Cleans, Softens, and Causes Cancer?
In recent years, more and more people have begun to focus on the health and safety of the chemicals used in everyday products; from the foods we eat to the materials we use to package them. Continuing that trend, focus has broadened to include the personal care items we use to cleanse and care for ourselves – and our babies.
One of the market leaders in that area, Johnson & Johnson, has announced their plans to undertake a serious effort, unprecedented in their arena, to remove even more chemicals from their products. A new website, created to address these efforts, informs readers:
If consumers raise concerns about an ingredient, even if that ingredient meets government safety regulations and is supported by science, we’ll always listen. In order to protect your peace of mind, we’ll often set a goal of reducing or eliminating that ingredient, and developing new alternatives through our continuous research and development efforts.
After several years of product recalls, that have called into question the safety of their products, this is a move intended to inspire faith among consumers that the products are safe for their precious little ones. Despite the adherence to current standards for safety, more consumers are doing their own research and determining their own standards – and which chemicals they want to avoid in their personal care products.
These concerns are no doubt fueled by studies revealing more than the ingredients label suggests. For example, “In 2009, the Campaign for Safe Cosmetics, a coalition that includes the Environmental Working Group, analyzed the contents of dozens of products for children and found that many items contained two substances of particular concern: formaldehyde and 1,4 dioxane. Consumers won’t find either listed on the back of their shampoos or lotions because neither is technically an ingredient.” Both have been linked to cancer in studies, and are released either over time or through the process of developing other ingredients for the products.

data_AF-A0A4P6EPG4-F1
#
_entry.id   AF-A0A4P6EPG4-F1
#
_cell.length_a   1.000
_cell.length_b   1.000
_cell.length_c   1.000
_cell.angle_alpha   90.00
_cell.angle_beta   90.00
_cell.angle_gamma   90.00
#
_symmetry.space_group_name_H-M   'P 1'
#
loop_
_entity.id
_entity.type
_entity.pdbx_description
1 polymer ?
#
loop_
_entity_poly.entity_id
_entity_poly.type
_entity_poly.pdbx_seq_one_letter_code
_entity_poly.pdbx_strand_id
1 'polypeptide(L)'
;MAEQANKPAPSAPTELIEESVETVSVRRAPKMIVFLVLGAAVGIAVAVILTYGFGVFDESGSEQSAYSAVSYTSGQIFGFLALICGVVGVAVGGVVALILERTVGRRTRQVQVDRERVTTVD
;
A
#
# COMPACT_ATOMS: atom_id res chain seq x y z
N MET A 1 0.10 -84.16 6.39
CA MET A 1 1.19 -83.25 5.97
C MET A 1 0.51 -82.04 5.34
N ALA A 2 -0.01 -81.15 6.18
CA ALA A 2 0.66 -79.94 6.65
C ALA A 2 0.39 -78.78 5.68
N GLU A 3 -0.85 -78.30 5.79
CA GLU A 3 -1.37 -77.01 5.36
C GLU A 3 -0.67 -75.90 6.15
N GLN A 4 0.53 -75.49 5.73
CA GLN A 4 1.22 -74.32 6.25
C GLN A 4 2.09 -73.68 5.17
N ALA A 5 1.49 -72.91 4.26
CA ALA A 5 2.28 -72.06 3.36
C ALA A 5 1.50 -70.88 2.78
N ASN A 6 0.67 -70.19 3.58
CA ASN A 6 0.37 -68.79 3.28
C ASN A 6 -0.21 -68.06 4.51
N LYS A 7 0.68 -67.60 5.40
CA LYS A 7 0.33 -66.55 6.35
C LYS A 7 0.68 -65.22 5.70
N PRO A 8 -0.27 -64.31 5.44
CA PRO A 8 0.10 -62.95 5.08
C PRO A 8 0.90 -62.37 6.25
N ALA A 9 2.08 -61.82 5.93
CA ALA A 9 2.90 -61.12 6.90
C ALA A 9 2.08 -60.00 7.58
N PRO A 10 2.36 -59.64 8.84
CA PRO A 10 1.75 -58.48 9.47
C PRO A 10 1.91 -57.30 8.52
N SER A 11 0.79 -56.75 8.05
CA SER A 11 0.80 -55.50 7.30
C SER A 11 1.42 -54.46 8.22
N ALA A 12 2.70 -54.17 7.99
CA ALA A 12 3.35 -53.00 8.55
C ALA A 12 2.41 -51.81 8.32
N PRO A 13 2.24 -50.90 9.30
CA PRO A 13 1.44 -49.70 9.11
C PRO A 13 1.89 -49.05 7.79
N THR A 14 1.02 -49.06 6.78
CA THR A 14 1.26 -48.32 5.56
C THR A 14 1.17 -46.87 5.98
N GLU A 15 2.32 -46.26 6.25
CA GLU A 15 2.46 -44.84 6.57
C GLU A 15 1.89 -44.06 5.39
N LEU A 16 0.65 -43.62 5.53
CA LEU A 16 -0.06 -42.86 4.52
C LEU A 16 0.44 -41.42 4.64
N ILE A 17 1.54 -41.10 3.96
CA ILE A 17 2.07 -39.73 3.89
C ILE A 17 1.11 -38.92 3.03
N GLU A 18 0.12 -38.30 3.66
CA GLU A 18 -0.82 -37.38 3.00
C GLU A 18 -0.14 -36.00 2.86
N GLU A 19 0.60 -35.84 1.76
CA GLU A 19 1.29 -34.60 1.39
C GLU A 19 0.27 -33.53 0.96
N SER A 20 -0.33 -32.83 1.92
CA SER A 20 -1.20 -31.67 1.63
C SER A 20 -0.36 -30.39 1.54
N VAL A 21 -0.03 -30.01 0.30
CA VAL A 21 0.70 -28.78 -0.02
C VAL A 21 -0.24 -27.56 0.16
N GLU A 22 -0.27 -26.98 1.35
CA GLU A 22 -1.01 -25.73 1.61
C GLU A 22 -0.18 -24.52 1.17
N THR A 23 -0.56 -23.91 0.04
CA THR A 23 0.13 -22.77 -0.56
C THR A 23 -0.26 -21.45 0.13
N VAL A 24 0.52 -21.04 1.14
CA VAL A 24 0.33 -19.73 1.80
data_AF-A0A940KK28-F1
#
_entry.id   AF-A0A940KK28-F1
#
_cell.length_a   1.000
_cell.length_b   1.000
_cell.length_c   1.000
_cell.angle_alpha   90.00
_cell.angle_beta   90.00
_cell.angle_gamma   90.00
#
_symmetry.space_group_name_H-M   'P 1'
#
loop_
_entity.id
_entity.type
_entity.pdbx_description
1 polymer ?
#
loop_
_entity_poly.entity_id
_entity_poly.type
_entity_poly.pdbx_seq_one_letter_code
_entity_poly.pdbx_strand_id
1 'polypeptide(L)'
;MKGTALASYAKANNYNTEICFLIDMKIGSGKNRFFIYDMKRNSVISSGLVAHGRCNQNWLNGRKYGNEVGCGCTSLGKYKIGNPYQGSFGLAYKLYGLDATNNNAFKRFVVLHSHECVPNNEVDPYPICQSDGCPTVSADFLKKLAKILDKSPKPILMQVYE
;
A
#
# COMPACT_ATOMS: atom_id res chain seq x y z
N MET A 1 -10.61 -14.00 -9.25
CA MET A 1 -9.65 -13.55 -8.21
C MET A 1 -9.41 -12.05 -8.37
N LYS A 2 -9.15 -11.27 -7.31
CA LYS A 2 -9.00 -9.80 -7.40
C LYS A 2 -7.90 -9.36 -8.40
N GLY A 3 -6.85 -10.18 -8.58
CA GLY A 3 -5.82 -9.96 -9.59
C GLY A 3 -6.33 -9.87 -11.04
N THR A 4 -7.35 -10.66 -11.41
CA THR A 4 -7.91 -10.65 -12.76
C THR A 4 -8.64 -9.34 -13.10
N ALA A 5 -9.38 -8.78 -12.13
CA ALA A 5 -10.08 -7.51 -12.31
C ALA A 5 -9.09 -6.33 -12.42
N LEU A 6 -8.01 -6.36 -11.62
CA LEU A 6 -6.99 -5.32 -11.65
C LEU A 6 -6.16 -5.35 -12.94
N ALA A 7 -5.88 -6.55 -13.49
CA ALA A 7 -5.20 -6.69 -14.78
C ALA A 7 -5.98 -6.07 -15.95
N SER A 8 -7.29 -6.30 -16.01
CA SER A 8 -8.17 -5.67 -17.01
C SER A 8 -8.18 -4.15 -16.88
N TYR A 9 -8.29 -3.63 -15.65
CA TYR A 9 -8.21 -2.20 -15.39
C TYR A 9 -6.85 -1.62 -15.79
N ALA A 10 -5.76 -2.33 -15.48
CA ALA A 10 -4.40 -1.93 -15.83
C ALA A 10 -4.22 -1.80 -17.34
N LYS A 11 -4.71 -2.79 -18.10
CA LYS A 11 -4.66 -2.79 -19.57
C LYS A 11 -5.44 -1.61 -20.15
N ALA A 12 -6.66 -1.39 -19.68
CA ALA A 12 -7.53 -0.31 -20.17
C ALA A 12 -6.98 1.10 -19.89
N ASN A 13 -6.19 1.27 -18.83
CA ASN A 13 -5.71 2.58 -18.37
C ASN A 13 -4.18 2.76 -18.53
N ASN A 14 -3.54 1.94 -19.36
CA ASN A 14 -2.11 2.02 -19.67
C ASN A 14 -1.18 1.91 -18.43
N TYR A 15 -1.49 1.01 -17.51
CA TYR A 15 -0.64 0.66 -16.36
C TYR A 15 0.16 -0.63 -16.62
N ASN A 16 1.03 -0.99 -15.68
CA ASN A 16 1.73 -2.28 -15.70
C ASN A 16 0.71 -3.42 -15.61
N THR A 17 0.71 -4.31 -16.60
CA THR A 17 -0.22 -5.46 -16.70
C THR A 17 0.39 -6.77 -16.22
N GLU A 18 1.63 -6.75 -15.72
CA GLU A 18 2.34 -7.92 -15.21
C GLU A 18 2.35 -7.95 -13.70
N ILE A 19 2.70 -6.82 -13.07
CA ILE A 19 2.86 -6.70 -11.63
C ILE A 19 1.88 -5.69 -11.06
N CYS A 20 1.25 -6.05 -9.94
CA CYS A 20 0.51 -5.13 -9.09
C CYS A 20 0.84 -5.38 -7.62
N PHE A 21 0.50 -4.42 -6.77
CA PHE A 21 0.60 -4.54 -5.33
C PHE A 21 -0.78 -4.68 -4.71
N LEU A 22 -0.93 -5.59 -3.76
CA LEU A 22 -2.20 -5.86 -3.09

This will be a long process, with substantial work and cost involved. Obviously, the company believes that there is value in making these changes, to appeal to consumers as a brand ahead of the curve when it comes to product safety. Do you see the value?
How concerned are you with the ingredients in products you use for your children? Do you seek out products free from certain chemicals or do you feel the current guidelines are safe enough? What do you think of a major brand like Johnson & Johnson making these changes?
What do you think? Cleans, Softens, and Causes Cancer?